Sunday, March 9, 2008


Hey there,

I went into Grants Pass yesterday, a beautiful drive thru the Williams valley, with lots farms, country stores, wooded hills, etc. I visited Arbel and Yonatan Shemesh; Arbel's sister Sharon is my oldest friends, and one my closest friends as well. I've known Arbel since I was six, although she's alot older than me so we never really saw each other much, as she was pretty much out of the house when I became friends with Sharon. Anyway, we got a chance to check out the Grants Pass farmer's market, which is close to her home in the old part of town; not a lot of produce yet, which is not surprising -- people were mostly selling plant starts, bread and other value-added products like jams, etc. Afterwards we returned to the Shemesh house and talked gardening. They have asked me to put in a vegetable/herb garden with them, and so we had a long talk, sitting in the sunny backyard, about how to do that. This is a wonderful opportunity for me because I've long been interested in doing edible/permaculture landscaping for people, with the aspiration that city folks can access food as locally as possible as well as hopefully learning themselves how to grow it. A few months ago I read an article in Orion magazine about two women in Portland, OR who have started a business called "Your Backyard Farmer." ( They set up and maintain vegetable gardens in people's backyards, and every week during the harvest season they pick a box of vegetables for you and set it on your back porch. usually there's enough to feed their clients and their clients' neighbors, extended family, etc. Anyway, I am really enthralled by this idea. I also read an article about a guy in Santa Cruz, CA who does edible landscaping for people, and part of his service is that he hooks his clients up with a local herbalist, who gives them a health diagnosis and prescribes herbs, which are then planted in the clients' gardens as well. I love this idea too. Anyway, I would love to set up a business where I am setting up vegetable/fruit and medicinal herb gardens in people's backyards, so that everyone can have a stronger connection to their food, to plants and nature in general.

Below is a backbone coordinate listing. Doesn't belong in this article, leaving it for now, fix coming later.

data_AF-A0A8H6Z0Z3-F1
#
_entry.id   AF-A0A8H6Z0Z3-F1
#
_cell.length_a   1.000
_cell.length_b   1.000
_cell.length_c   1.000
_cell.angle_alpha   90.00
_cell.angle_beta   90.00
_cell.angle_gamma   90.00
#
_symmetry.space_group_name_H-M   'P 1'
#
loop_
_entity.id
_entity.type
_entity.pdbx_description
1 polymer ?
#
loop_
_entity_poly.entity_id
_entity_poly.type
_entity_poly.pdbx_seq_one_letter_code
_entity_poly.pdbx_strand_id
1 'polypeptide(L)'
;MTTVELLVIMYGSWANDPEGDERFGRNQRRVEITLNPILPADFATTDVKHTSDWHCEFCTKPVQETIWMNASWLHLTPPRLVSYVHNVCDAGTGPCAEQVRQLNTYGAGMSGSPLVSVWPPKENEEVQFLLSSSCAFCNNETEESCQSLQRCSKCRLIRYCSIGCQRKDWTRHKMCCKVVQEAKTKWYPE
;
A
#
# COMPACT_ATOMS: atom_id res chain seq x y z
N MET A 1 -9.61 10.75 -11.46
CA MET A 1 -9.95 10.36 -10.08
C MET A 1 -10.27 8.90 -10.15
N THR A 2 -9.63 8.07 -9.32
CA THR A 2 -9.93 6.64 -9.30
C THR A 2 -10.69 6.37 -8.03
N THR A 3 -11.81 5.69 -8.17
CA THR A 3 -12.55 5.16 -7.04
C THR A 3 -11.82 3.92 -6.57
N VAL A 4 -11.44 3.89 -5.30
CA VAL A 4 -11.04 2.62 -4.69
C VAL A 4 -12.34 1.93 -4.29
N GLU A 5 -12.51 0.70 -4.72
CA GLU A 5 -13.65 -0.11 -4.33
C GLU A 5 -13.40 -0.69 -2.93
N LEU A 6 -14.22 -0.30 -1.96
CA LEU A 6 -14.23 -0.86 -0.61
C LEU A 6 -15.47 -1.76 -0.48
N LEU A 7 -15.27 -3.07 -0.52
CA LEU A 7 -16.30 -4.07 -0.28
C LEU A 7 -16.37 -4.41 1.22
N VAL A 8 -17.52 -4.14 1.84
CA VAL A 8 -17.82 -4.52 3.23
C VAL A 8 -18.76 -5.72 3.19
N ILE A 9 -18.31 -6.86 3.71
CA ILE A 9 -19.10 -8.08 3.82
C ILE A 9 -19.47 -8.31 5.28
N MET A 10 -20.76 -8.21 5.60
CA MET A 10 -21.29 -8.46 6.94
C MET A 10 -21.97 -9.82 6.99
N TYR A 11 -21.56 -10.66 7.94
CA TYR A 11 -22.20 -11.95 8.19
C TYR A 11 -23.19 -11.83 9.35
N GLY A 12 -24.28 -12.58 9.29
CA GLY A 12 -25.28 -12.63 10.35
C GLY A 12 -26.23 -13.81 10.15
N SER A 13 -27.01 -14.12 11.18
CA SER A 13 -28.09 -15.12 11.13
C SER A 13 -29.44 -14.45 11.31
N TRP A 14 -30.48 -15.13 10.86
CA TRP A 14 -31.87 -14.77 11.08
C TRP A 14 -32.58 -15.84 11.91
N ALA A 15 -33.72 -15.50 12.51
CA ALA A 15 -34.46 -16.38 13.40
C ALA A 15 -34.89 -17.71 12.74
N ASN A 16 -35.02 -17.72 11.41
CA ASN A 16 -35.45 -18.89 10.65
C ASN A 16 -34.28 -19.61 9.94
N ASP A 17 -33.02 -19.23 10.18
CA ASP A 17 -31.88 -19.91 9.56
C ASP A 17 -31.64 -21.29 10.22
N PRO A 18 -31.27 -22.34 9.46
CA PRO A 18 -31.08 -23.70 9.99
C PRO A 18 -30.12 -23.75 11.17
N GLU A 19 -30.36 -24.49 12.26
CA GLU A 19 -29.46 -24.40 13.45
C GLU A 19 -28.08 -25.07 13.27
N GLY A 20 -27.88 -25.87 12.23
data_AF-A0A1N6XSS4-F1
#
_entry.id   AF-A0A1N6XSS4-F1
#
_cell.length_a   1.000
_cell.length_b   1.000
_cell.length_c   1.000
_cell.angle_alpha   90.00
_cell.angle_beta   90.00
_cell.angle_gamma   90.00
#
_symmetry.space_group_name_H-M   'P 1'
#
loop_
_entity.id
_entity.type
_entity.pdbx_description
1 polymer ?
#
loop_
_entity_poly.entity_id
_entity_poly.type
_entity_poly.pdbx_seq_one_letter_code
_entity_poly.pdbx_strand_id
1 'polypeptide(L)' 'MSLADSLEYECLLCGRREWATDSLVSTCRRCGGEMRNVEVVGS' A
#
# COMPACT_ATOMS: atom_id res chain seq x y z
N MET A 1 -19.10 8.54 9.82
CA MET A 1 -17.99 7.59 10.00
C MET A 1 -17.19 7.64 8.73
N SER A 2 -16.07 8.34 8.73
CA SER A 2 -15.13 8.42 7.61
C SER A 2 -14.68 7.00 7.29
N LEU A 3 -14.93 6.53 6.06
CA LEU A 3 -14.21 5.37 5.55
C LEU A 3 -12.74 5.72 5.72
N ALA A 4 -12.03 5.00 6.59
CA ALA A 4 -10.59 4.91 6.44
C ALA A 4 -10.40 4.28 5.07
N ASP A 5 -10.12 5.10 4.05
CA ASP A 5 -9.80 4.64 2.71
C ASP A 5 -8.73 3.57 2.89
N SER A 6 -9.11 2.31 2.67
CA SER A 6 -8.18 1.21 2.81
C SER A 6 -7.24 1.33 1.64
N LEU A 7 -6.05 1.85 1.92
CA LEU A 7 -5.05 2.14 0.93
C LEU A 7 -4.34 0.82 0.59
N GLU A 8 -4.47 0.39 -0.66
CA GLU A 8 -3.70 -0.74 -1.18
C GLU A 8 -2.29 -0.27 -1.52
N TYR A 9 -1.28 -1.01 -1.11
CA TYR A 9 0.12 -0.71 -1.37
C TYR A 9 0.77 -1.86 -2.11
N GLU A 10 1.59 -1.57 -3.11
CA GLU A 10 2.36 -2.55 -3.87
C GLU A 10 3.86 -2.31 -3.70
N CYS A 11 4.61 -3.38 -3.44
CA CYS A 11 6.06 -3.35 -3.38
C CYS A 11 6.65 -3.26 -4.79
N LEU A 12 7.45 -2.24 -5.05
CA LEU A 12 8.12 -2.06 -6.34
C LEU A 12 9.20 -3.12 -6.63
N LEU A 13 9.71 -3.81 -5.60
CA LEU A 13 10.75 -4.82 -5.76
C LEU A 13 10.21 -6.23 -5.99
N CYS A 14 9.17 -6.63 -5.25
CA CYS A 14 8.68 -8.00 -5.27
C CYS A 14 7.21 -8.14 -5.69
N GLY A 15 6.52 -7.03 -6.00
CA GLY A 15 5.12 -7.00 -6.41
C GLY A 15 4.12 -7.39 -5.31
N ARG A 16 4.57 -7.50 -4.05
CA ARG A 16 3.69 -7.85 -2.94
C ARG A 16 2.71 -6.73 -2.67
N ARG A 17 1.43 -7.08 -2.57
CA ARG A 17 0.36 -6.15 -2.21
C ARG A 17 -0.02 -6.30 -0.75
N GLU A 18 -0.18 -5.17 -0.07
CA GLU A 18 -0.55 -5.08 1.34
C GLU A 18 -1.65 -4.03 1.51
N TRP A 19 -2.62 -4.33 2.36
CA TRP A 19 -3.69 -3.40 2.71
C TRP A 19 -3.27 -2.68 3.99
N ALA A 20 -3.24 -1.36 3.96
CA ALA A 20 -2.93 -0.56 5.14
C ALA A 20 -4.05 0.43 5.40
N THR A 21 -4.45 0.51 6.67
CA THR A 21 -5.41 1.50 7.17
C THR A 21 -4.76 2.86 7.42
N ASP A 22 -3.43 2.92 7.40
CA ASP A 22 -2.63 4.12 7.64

It's a trek for me to get to Grants Pass (an hour each way) and the other big towns, Ashland and Medford, aren't much closer, so I'm unsure if it's really a practical thing to do if I stick around here long-term, but I think this scenario with Arbel and Yonatan is perfect for now -- a test case, a chance for me to give it a try and see how I like it, with friends who are flexible and enthused about growing their own food. They get a CSA box every week already from a local organic farm, "Fry Family Farm," so mostly I'll be planting culinary herbs and a few vegetables that they eat a ton of, like dark leafy greens (kale, collards, etc.), cabbage (they love sauerkraut and make it all the time), lettuce, etc. It's a good challenge for me.

.....Today I helped Ryan and Eden out with finishing up their strawbale cottage in the morning; they're putting down a floor, which involves laying gravel down, sprinkling it with a tiny bit of pulverized clay (to help it stick together), spraying it with water and then running a tamping machine over it; then laying down black plastic as a vapor barrier and repeating the process. I just helped them with one of the layers; they have several more layers to come, and the final surface is gonna be cob -- some mixture of clay, sand and straw, I would guess. One of the guys that's been working on the house started applying the orangey plaster on the outside of the house. With the red roof it looks pretty good.